A Puma is a mountain lion that weighs in around 50-100kgs and can run at up to 80km/h. It’s a secretive cat that is also more commonly known as a Cougar. Ford New Zealand’s Kuga used to be another name for the Escape and the Ford Puma used to be a sports car – Confused much?
Puma is a new nameplate for Ford’s lineup of SUVs, but it’s not a new name for the brand. In fact, just as the late 1990’s rolled over to the noughties, Puma was the name of a small ‘sports car’ that to me actually looks more like their Ka. Anyway, two decades later and Puma now sits in bold 3D lettering on the back of an all-new compact SUV.
My review model was the current top of the line ST-Line in Desert Island blue and as such came with all the bells and whistles but I’ll get to that in a moment. The Puma itself crouches on the Fiesta platform, which (having driven the Fiesta ST), I know is a beaut. The nose features the Ford family grille and oval blue badge, ‘canoe’ shaped headlights that have awesome ‘wing’ DRLs and some nice angles to surround the fog lamps and lower air curtains.
The compact crossover’s profile showcases enlarged wheel arches that cover it’s 17-inch alloy feet, door mirrors with puddle lights that mimic the instrument cluster’s graphics pattern, doors that hug the sils to ensure you don’t get your trousers (or skirt) dirty on entry, a ‘floating’ A-pillar and sloping roofline that leads to the rear where it’s greeted by a roofline spoiler, LED tail lights, the aforementioned PUMA lettering and a kicker tailgate.
The luggage space is multi level and even with the seats up will accommodate 410L of stuff and I’m reliably informed that the space below can actually hold water – although I’m not quite sure why.
The Puma is powered by a 1L, 3 cylinder ecoboost engine that produces 92kW of power, and 170Nm of torque, it sips fuel at a rate of 5.3L/100km and emits CO2 at a mere 121g/km. Sure it’s not electric at the moment, but those figures are darn good.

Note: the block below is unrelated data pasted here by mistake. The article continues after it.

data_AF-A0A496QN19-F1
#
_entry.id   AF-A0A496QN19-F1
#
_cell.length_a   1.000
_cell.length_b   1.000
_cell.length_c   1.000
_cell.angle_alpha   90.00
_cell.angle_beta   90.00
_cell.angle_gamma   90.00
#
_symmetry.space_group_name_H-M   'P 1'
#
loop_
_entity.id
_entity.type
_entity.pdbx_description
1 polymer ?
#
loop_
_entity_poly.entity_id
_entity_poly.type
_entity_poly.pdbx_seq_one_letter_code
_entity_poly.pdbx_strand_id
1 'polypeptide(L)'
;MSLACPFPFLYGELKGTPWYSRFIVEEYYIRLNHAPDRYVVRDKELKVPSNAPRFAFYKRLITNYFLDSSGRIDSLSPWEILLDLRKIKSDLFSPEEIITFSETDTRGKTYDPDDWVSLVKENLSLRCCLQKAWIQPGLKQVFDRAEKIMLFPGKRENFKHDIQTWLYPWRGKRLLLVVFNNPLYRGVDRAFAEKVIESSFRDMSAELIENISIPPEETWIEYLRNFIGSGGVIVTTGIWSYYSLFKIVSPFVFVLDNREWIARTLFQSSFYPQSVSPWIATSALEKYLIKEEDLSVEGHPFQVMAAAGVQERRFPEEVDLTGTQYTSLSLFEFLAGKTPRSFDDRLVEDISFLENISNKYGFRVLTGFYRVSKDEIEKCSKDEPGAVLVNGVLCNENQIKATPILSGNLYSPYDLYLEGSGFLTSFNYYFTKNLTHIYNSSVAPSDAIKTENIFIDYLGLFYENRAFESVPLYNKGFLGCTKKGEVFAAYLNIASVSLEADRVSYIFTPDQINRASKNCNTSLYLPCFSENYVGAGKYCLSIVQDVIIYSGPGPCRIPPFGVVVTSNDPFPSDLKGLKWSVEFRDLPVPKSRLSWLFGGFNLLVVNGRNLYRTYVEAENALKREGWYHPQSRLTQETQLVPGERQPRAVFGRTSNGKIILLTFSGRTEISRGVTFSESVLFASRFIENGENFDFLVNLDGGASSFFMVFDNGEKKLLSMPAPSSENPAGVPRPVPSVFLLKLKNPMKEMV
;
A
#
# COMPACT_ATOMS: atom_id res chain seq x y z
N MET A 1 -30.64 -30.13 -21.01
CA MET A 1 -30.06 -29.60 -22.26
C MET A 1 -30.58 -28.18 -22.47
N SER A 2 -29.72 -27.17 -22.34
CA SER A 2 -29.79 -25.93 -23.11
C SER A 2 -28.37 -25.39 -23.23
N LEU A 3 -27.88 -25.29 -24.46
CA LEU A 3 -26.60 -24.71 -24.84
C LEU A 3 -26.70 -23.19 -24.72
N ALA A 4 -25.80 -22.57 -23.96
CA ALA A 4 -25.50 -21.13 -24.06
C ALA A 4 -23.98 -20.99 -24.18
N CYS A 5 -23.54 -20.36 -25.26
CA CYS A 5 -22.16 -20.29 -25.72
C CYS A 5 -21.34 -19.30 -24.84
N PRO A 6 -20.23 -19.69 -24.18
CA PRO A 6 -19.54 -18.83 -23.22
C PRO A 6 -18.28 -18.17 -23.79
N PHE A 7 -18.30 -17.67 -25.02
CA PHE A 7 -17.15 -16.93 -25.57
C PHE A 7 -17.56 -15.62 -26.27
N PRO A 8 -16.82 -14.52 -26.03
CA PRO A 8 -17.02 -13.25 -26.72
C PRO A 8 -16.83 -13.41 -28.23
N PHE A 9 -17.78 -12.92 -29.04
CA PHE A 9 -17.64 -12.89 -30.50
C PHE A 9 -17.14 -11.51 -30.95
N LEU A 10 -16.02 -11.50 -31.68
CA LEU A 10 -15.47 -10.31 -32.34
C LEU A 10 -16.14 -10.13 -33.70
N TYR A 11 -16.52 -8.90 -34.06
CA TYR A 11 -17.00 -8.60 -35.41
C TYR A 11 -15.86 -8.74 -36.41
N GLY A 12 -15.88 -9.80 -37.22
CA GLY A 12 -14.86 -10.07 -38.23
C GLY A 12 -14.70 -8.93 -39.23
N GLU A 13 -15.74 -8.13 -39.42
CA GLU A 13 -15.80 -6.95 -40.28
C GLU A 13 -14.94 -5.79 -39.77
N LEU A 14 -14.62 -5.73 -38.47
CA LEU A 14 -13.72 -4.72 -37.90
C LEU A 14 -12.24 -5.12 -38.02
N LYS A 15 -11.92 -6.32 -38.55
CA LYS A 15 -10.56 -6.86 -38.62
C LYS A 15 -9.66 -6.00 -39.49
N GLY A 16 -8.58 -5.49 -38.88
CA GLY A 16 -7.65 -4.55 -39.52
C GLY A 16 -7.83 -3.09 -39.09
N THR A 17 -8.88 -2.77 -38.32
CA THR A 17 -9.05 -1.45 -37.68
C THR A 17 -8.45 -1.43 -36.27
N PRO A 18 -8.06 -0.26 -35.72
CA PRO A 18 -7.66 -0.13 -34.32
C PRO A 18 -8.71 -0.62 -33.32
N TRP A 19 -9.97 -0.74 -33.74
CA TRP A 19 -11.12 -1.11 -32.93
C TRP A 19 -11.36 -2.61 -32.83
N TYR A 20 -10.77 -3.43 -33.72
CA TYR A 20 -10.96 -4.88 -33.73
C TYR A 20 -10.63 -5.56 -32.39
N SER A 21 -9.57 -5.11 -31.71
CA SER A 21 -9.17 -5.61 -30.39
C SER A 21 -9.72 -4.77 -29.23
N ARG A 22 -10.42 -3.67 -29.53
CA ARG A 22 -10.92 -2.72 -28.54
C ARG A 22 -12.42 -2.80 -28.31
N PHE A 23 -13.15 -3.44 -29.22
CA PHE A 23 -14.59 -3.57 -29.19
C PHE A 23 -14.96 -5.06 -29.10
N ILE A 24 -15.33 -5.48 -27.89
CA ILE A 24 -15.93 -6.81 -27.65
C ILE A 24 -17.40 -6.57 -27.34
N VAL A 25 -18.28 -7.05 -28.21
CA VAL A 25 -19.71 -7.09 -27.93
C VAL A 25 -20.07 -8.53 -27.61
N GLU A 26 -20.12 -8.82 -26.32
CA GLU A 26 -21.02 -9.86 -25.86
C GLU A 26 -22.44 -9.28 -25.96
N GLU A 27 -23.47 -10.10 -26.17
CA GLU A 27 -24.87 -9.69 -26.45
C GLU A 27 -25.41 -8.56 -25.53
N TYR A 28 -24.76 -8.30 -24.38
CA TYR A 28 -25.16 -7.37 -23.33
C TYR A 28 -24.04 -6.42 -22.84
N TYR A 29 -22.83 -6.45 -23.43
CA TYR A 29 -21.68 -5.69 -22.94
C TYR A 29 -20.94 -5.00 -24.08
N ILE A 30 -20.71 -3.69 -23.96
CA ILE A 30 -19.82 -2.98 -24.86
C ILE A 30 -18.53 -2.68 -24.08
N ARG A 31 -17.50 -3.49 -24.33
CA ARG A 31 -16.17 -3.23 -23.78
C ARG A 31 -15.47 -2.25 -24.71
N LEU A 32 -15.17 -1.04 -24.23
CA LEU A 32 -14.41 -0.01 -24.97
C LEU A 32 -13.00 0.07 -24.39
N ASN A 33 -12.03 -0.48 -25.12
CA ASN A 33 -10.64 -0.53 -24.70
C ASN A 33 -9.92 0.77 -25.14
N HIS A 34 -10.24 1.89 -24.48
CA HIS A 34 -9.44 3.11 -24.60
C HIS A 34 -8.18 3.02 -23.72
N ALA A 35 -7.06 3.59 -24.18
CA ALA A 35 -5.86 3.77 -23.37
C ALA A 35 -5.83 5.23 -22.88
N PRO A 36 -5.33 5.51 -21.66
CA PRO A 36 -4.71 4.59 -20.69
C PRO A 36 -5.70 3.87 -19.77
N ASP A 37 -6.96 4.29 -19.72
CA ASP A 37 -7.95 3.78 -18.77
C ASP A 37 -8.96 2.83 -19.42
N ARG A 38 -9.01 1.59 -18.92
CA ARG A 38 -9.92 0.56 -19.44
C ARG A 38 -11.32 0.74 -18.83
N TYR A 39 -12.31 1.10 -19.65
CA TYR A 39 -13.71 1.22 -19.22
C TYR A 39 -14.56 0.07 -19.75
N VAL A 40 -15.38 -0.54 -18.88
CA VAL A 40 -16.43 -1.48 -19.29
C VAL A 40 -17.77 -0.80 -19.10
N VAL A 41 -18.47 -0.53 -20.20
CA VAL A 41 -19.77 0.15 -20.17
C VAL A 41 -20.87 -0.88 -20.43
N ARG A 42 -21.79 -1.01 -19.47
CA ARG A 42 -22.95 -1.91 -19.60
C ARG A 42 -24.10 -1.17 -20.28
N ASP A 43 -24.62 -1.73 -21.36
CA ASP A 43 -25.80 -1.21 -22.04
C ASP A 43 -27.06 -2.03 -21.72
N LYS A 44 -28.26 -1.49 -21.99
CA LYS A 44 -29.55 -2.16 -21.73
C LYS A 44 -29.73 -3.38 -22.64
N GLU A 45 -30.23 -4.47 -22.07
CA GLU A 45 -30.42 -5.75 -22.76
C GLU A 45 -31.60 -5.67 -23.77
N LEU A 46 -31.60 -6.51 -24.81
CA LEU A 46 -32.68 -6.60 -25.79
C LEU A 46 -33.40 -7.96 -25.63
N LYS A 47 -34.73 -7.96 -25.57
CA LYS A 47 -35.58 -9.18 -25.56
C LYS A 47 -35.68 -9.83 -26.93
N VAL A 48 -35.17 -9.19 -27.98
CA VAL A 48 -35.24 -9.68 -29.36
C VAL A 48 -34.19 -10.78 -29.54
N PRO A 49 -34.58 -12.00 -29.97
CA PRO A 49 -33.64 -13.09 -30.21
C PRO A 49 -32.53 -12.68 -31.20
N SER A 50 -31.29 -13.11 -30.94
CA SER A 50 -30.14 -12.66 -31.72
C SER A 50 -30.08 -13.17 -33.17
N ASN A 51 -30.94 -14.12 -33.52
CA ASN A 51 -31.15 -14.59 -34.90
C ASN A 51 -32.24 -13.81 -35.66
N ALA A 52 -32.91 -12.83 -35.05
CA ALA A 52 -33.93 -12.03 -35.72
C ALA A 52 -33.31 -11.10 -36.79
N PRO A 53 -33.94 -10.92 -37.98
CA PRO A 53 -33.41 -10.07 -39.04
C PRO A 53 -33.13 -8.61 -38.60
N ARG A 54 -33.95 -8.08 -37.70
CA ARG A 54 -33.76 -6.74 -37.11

The fun and games continue on the inside with this FWD, four door compact having space enough to carry four adults (five at a pinch) and sooo much tech that you wonder how they made room.
The Puma ST-Line will happily park itself, which although it’s not a big vehicle, is still a big tick in the plus column. It has a 8” infotainment screen that comes with Sync 3, Apple and Android connectivity, Fordpass connected and a 10-speaker B&O stereo. What’s more, it has a 12” LCD instrument cluster that sports a puma on switch on, displays all manner of data and changes colour and scenery when changing drive modes (for which there are 5).
The Ford’s furniture is comfortable and in my case, came with red contrast stitching and in fact the finishing and trim throughout exceeds expectations. It has hill assist, lane keep assist, blind spot alert, AEB with pedestrian and cyclist detection, adaptive cruise control, active grille shutter – do you need me to go on?
I had driven the new Ford Puma before so I did know what to expect from this plucky little tearaway, especially on tarmac, its front wheel drive and traction control system gives it the feel and confidence of a much bigger vehicle, however there’s plenty of give in the sports-tuned suspension to absorb the lumps and bumps that come with unsealed roads too – that was a pleasant surprise. There’s a good weight to the leather clad steering wheel and ample pick up under acceleration with the 7-speed transmission performing well under load.
The new Ford Puma is a great addition to the NZ small SUV/Crossover market. Its FWD offers a fun and involving time behind the wheel and the ST-Line comes simply fully loaded and that includes 20,000km service intervals and 5-year unlimited warranty.